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Convict Ship Prince Regent 1824


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Embarked: 180 men
Voyage: 153 days
Deaths: 2
Surgeon's Journal: yes
Previous vessel: Countess of Harcourt arrived 12 July 1824
Next vessel: Almorah arrived 20th August 1824
Captain Alexander Wales
Surgeon Superintendent  Thomas B. Wilson



The Prince Regent was built in Shields in 1810. This was the second of three voyages transporting convicts to New South Wales, the others being in 1820 and 1827.

Prisoners transported on the Prince Regent in 1823 were convicted in Ireland. The following  men were mentioned in the Freemans' Journal in May 1823....

County Tipperary, Clonmel May 28...Fifty seven prisoners were arraigned for alleged offences under the Insurrection Act, two of whom were convicted, and sentenced to transportation, for criminal absence from their dwellings - their names are Michael Ryan and Pat Crehane, from Owney and Arra Barony, and are represented as being very bad characters. (3)

...and in August 1823....

The sentence of death pronounced at our last Assizes on Richard Molony, Michael Ryan, Thomas Meade, William Casey, Jeremiah Conway and Thomas Moylan, for attacking and taking arms, from Mr. Harding's house; has been commuted to transportation for life - and  on Thursday, an order was received by the High Sheriff to send them off forthwith, to be embarked on board the Hulk Surprise at Cove (2)

 

The Guard consisted of Captain R.P. Steward and Lieutenant William Serjeantson of His Majesty's 40th regiment, with 2 serjeants, 2 corporals, 2 drummers and 50 privates of the same corps; exclusive of Serjeant Jones and wife of the 48th regiment. (1) .  The 40th had been serving in Ireland.

Following is an excerpt from  Historical Records of the 40th (2nd Somersetshire) Regiment By Raymond Henry Raymond Smythies listing the ships that brought detachments of the 40th regiment to New South Wales in 1823 and 1824..........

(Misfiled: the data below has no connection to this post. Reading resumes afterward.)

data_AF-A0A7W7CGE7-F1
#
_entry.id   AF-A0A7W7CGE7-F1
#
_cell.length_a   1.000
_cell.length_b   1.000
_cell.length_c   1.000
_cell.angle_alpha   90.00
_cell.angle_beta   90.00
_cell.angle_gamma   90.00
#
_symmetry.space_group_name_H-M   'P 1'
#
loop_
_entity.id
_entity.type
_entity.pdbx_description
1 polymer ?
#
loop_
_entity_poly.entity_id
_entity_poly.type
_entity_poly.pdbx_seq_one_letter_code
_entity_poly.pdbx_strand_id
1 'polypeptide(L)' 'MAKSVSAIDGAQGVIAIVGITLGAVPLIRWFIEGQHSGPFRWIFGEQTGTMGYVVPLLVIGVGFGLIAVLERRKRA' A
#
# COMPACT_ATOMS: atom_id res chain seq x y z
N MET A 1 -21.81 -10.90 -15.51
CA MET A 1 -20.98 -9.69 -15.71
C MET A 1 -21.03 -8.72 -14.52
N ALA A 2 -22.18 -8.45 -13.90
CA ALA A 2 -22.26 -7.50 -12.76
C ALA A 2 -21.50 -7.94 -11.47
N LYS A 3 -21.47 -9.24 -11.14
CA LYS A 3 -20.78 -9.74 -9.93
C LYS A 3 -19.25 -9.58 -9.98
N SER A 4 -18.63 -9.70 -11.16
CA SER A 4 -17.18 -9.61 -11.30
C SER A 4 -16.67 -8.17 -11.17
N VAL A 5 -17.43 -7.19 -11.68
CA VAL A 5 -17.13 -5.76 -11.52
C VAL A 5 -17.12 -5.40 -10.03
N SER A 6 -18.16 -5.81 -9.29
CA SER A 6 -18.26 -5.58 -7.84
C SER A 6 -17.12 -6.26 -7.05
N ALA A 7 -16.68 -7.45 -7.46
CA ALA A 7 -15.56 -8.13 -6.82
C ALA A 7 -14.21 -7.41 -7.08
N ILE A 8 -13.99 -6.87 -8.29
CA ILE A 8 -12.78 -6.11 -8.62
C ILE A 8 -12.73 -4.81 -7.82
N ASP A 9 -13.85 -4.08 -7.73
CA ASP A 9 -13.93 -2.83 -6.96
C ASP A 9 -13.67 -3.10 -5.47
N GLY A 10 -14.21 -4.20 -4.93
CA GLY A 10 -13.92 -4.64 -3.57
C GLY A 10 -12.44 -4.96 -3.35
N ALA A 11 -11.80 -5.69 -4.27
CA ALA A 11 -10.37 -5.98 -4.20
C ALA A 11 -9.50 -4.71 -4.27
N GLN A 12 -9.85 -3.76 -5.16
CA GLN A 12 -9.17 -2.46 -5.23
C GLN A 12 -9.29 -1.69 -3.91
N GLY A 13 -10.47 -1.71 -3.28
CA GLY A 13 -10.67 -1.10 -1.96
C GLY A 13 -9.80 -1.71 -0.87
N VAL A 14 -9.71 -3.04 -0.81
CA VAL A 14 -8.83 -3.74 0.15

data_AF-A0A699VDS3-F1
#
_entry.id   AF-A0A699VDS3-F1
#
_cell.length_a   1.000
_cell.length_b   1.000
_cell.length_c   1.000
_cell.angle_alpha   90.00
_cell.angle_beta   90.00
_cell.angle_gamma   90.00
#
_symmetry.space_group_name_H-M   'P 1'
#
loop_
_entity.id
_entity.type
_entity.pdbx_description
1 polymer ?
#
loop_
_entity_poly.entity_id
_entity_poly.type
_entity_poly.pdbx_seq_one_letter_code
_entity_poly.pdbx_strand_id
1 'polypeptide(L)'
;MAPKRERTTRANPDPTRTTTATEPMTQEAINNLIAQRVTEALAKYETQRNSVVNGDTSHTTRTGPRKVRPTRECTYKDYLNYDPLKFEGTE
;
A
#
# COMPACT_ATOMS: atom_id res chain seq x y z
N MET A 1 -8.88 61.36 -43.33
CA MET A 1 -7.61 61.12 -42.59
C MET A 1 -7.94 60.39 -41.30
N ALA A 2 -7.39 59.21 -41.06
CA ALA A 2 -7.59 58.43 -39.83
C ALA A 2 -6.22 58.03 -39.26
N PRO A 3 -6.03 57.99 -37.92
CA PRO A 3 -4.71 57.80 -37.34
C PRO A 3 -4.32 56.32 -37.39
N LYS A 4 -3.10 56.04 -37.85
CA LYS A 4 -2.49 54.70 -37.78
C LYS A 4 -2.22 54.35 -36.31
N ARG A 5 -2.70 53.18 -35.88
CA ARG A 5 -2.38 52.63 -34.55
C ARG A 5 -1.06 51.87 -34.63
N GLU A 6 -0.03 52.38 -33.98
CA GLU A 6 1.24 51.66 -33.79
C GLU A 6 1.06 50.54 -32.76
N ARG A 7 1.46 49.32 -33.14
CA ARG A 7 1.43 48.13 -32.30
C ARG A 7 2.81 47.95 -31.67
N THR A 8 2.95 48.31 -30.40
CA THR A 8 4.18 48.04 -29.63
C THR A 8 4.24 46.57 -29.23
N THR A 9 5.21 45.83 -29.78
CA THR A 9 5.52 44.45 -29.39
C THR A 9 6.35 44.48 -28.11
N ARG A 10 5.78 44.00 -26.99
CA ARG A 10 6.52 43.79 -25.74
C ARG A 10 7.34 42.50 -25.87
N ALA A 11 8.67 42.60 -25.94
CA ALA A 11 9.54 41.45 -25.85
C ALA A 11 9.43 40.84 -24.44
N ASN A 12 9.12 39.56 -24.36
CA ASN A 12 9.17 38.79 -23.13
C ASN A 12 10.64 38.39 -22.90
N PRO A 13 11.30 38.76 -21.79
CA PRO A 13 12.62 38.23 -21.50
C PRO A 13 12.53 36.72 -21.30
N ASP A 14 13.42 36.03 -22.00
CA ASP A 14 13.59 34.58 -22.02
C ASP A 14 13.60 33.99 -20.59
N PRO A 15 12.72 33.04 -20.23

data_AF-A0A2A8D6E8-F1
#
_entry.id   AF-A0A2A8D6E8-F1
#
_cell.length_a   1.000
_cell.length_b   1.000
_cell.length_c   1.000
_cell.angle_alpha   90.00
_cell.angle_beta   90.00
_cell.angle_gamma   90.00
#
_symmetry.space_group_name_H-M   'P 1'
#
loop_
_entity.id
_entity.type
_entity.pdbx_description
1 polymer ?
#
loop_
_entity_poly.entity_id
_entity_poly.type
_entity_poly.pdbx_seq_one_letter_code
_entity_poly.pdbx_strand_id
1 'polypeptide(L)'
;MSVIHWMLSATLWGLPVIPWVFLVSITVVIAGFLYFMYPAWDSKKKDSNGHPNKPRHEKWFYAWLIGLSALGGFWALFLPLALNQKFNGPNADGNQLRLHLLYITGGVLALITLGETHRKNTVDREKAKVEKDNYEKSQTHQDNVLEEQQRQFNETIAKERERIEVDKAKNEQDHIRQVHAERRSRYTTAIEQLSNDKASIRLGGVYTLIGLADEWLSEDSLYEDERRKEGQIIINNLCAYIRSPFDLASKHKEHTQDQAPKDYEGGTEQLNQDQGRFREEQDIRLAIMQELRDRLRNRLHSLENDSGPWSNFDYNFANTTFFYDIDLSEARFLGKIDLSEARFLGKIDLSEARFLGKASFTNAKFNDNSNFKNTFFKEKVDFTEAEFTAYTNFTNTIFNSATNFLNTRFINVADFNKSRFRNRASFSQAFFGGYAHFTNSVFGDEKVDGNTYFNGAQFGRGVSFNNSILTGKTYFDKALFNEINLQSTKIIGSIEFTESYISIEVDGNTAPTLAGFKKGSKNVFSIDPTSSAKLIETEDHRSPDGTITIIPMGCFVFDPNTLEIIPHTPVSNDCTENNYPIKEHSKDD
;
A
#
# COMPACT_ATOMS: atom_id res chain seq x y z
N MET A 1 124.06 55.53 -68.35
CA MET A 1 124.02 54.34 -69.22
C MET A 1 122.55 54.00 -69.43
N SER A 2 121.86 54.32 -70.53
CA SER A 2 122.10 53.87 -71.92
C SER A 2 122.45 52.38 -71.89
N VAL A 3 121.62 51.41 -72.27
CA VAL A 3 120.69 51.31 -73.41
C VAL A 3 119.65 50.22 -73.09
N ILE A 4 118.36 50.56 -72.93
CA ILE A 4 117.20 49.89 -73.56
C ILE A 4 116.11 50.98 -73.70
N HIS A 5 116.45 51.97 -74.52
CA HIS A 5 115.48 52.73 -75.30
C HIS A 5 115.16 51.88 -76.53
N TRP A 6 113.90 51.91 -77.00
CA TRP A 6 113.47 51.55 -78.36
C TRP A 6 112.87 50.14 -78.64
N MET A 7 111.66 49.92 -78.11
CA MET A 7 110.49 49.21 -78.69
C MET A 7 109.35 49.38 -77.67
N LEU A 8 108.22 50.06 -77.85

Early in March 1823, the commanding officer, Lieutenant-Colonel Thornton received an intimation that it was intended to send the regiment to New South Wales. In the meantime it was ordered to proceed to Dublin, thence by sea to Liverpool, and after that by road to Chatham, in order to form guards for convict ships when required.
 
The head quarters reached Dublin on 15th March and occupied the Royal Barracks. On the 30th the whole regiment embarked at Pigeon House, in eight small vessels, and reached Liverpool the following day.

A twenty eight days' march, including three Sundays, brought the regiment to Chatham. The Regiment marched in three divisions; the first arrived at Chatham on 21st April; the second, consisting of two companies, halted, and remained at Deptford; and the 3rd reached Chatham on 23rd April.

During the next year the 40th was sent out, in small detachments, as guards on board convict ships to Australia. This was after several years' rough service in Ireland, and but a short period of rest in England........

Embarkation Command Ship  
25th April 1823Lieutenant Lowe Albion  
5th July 1823 Captain Bishop Asia
10th July 1823 Lieutenant Millar Isabella  
18th July 1823 Captain Hibbert Sir Godfrey Wilestoe  
29 July 1823 Captain Thornhill Guildford  
31st July 1823 Lieutenant Ganning Medina  
5 August 1823 Lt.- Col. Balfour Castle Forbes  
29 December 1823 Captain Stewart Prince Regent  
5th February 1824 Captain Jebb Chapman  
25 February 1824 Captain Morow Countess of Harcourt  
14 June 1824 Lt.- Col Thornton Mangles  
14 June 1824 Lieut Neilley Princess Charlotte  


Other ships bringing detachments of the 40th regiment included the Minerva and Ann & Amelia.

The Prince Regent arrived at Deal from the River on 7th January and proceeded to Cork to embark prisoners from the Hulk. She departed Cork on 13th February 1824 and was the next convict ship to leave Ireland after the Castle Forbes in September 1823.